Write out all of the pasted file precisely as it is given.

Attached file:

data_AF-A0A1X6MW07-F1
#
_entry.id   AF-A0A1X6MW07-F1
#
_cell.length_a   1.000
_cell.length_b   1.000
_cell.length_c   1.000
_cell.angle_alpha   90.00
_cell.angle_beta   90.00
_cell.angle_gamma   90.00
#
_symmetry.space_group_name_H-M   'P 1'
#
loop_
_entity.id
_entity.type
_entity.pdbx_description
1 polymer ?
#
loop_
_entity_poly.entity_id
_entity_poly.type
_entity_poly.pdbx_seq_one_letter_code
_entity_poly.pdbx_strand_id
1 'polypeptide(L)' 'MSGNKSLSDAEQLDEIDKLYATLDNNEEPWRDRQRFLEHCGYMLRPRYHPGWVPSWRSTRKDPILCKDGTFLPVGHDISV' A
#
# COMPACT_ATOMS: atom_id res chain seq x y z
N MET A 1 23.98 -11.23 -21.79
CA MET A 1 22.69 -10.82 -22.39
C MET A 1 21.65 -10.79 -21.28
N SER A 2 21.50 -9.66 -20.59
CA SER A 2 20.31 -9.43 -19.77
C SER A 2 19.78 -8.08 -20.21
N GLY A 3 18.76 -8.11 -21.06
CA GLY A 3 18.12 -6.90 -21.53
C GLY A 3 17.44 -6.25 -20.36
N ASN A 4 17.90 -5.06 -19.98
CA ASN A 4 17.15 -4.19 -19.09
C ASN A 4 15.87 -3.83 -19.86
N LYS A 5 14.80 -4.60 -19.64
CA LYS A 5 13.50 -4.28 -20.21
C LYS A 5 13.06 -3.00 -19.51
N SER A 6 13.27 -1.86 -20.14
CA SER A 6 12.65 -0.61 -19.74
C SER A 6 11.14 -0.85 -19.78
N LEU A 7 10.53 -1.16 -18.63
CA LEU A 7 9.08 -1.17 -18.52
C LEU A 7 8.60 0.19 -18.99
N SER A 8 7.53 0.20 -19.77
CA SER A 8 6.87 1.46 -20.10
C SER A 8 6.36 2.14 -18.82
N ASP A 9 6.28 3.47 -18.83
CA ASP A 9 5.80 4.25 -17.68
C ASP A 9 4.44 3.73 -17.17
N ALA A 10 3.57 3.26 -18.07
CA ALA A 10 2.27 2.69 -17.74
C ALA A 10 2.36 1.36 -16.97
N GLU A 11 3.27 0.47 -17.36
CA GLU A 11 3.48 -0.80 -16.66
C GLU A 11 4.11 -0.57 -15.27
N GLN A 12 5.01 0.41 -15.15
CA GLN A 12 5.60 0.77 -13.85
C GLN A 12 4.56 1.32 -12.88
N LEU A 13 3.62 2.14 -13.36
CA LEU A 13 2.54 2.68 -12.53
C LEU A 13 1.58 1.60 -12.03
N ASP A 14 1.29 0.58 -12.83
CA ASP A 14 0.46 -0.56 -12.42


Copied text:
data_AF-A0A1X6MW07-F1
#
_entry.id   AF-A0A1X6MW07-F1
#
_cell.length_a   1.000
_cell.length_b   1.000
_cell.length_c   1.000
_cell.angle_alpha   90.00
_cell.angle_beta   90.00
_cell.angle_gamma   90.00
#
_symmetry.space_group_name_H-M   'P 1'
#
loop_
_entity.id
_entity.type
_entity.pdbx_description
1 polymer ?
#
loop_
_entity_poly.entity_id
_entity_poly.type
_entity_poly.pdbx_seq_one_letter_code
_entity_poly.pdbx_strand_id
1 'polypeptide(L)' 'MSGNKSLSDAEQLDEIDKLYATLDNNEEPWRDRQRFLEHCGYMLRPRYHPGWVPSWRSTRKDPILCKDGTFLPVGHDISV' A
#
# COMPACT_ATOMS: atom_id res chain seq x y z
N MET A 1 23.98 -11.23 -21.79
CA MET A 1 22.69 -10.82 -22.39
C MET A 1 21.65 -10.79 -21.28
N SER A 2 21.50 -9.66 -20.59
CA SER A 2 20.31 -9.43 -19.77
C SER A 2 19.78 -8.08 -20.21
N GLY A 3 18.76 -8.11 -21.06
CA GLY A 3 18.12 -6.90 -21.53
C GLY A 3 17.44 -6.25 -20.36
N ASN A 4 17.90 -5.06 -19.98
CA ASN A 4 17.15 -4.19 -19.09
C ASN A 4 15.87 -3.83 -19.86
N LYS A 5 14.80 -4.60 -19.64
CA LYS A 5 13.50 -4.28 -20.21
C LYS A 5 13.06 -3.00 -19.51
N SER A 6 13.27 -1.86 -20.14
CA SER A 6 12.65 -0.61 -19.74
C SER A 6 11.14 -0.85 -19.78
N LEU A 7 10.53 -1.16 -18.63
CA LEU A 7 9.08 -1.17 -18.52
C LEU A 7 8.60 0.19 -18.99
N SER A 8 7.53 0.20 -19.77
CA SER A 8 6.87 1.46 -20.10
C SER A 8 6.36 2.14 -18.82
N ASP A 9 6.28 3.47 -18.83
CA ASP A 9 5.80 4.25 -17.68
C ASP A 9 4.44 3.73 -17.17
N ALA A 10 3.57 3.26 -18.07
CA ALA A 10 2.27 2.69 -17.74
C ALA A 10 2.36 1.36 -16.97
N GLU A 11 3.27 0.47 -17.36
CA GLU A 11 3.48 -0.80 -16.66
C GLU A 11 4.11 -0.57 -15.27
N GLN A 12 5.01 0.41 -15.15
CA GLN A 12 5.60 0.77 -13.85
C GLN A 12 4.56 1.32 -12.88
N LEU A 13 3.62 2.14 -13.36
CA LEU A 13 2.54 2.68 -12.53
C LEU A 13 1.58 1.60 -12.03
N ASP A 14 1.29 0.58 -12.83
CA ASP A 14 0.46 -0.56 -12.42